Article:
Researchers Report $115-126 Million in Increased Earnings from Measure
New data released this week by leading economists from the University of California Berkeley Institute for Research on Labor and Employment and by policy experts from the Institute for Women’s Policy Research detail the significant benefits for Oakland if the minimum wage is raised. The data marks the first independent research on a ballot measure expected to appear on the November, 2014 election that will raise the minimum wage to $12.25 and guarantee paid sick days for Oakland workers.
More than one-quarter of all Oakland workers—up to 48,000 people—would directly or indirectly receive a wage increase if the measure passes, and roughly 56,700 would win paid sick days. The research finds that between $115 million and $126 million in additional wages would be generated by the measure. The research also showed that passing such a measure would minimally increase operating costs by an estimated 0.2 to 0.3 percent for retail and 2.7 to 2.9% increase for restaurants.
“A citywide minimum wage can help make the economy more equitable without harming economic growth,” said Michael Reich, Director UC Berkeley Institute for Research on Labor and Employment. “That’s more money in low-wage workers’ pockets for a healthier city and a healthier economy.”
The research for the University of California was conducted by Michael Reich, Director of the UC Berkeley Institute for Research on Labor and Employment, Ken Jacobs, Chair of the UC Berkeley Labor Center, Annette Bernhardt, UC Berkeley Visiting Professor and UC Berkeley Labor Center researcher Ian Perry. The research found that raising the minimum wage to $12.25 is likely to have the following impacts:
Between 25-30 percent of Oakland workers will receive a pay raise. This translates to 40,000 and 48,000 workers.
- Between 31,000-34,000 would be directly impacted by a minimum wage increase
- Between 9,000-14,000 would be indirectly impacted by a conservative ripple effect
Workers hourly wages and annual incomes will rise, resulting in increased worker earnings of between $115 and $126 million.
- Hourly wages of affected workers will rise by an average of between $1.63-$1.76/hr.
- Average annual earnings will increase by $2,618- $2,832 per year.
- The total increase in earnings will be between $115 and $126 million.
An increase to $12.25 will significantly impact Oakland’s workers of color.
- Workers of color (Black, Hispanic, and Asian) make up between 57.8 to 66.4% of the total workforce in Oakland—but they represent between 74.7 and 82.6% of workers impacted by a minimum wage increase to $12.25.
- 41.2 to 44.8% of workers impacted are Hispanic/Latino
Increasing the minimum wage will not have significant impact on business.
- UC estimates that operating costs will increase by 0.2 to 0.3 percent for retail and 2.7 to 2.9 percent for restaurants.
- UC predicts a one-time increase of 2.0 to 2.9% in restaurant prices. Using the midpoint of this range, 2.4%, a $10 meal would increase by 24 cents to a total of $10.24. For the local economy as a whole, this increase is negligible.
- Research evidence indicates that employers adjust to min wage increases in many ways, and benefit from increased worker productivity and reduced turnover. UC references a 2013 study that shows that a 10% increase in minimum wage results in a 2.1% reduction of turnover and that min wage increases do not have statistically significant negative effects on employment or hours.
Other studies show minimum wage increases have little negative impact on employment and prices; have positive impact on turnover.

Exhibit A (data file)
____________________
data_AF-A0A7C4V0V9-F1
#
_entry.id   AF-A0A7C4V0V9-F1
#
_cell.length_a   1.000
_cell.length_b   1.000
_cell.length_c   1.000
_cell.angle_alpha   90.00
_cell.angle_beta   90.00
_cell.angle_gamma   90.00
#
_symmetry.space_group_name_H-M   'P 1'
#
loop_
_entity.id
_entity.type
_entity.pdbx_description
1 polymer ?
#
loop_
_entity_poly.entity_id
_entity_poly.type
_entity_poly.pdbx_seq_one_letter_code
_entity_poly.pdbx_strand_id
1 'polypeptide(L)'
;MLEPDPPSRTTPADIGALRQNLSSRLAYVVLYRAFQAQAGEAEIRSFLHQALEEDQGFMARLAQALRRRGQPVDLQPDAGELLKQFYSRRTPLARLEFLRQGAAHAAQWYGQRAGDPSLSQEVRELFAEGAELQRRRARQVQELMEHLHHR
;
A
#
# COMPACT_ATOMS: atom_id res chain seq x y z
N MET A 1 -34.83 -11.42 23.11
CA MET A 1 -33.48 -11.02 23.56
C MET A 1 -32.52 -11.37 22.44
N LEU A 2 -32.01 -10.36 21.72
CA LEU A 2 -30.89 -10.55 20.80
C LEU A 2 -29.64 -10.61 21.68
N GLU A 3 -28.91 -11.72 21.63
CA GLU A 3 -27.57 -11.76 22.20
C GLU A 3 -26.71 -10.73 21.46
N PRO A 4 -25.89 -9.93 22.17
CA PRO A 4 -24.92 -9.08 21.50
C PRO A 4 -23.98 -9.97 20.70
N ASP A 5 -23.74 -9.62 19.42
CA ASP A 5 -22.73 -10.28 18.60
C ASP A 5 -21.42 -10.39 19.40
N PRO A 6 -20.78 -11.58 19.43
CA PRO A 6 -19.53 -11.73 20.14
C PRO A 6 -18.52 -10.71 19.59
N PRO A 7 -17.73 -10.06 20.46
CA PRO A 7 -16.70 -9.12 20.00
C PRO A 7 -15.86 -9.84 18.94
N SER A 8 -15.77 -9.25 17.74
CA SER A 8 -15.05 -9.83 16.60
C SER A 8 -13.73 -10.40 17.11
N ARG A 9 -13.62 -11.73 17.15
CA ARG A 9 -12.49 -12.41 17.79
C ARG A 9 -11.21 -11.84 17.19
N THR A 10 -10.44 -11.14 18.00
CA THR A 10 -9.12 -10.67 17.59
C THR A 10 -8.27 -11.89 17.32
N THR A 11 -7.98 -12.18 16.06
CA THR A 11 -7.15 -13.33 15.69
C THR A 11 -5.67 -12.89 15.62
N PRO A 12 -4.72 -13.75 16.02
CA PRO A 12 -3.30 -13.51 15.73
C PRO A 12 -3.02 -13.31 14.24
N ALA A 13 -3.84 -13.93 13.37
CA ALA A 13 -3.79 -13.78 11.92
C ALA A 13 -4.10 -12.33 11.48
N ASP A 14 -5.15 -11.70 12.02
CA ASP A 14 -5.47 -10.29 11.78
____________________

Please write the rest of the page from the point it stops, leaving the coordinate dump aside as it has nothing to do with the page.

- There are three rigorous studies of the employment impacts of existing local minimum wage laws, all finding no significant impact on employment.
- Allegretto, Dube, Reich and Zipperer (2013) looked at every state and federal minimum wage increase in the U.S. between 1990 and 2012. This study finds no statistically significant effects of minimum wage increases on either employment or hours in restaurants and other low-wage industries, controlling for a range of regional and local differences that previous research did not include.
The Institute for Women’s Policy Research specifically found that:
56,721 have no access to paid sick days (37%)
- 38% of men and 35% of women do not have access to paid sick days
Workers of color have less access to paid sick days than white workers.
- 52% of Hispanic workers do not have access to paid sick days
- 33% of Black workers and 33% of Asian workers do not have access to paid sick days
Low-wage workers have significantly less access to paid sick days.
- 68% of workers earning under $12.25/hr lack access to paid sick days.
- Workers in accommodation and food service have significantly less access than all workers.
“This research shows what Oaklanders already know: raising the minimum wage is going to lift up thousands of people,” said John Jones, Burger King Security Officer who currently makes $10 an hour. “It’s also going to lift our entire community because when poor low-income people make money, they spend it. They spend it on food and in local stores which gets our whole economy going.”
The LiftUp Oakland submitted 33,682 signatures from Oakland voters to put our measure for a minimum wage of $12.25, paid sick days and wage theft protection on the ballot. The coalition called on 1,000 hours of work by more than 253 volunteers and the support of 45 organizations to gather the signatures, a reflection of overwhelming community support. The Oakland Chamber of Commerce continues to push opposition to the measure.
On May 30, the Oakland Clerk’s office announced that it had completed the first count of our signatures and were sending the petitions to the Alameda County Registrar of Voters for validation. Final verification that the ballot measure qualifies for the ballot is expected in late June.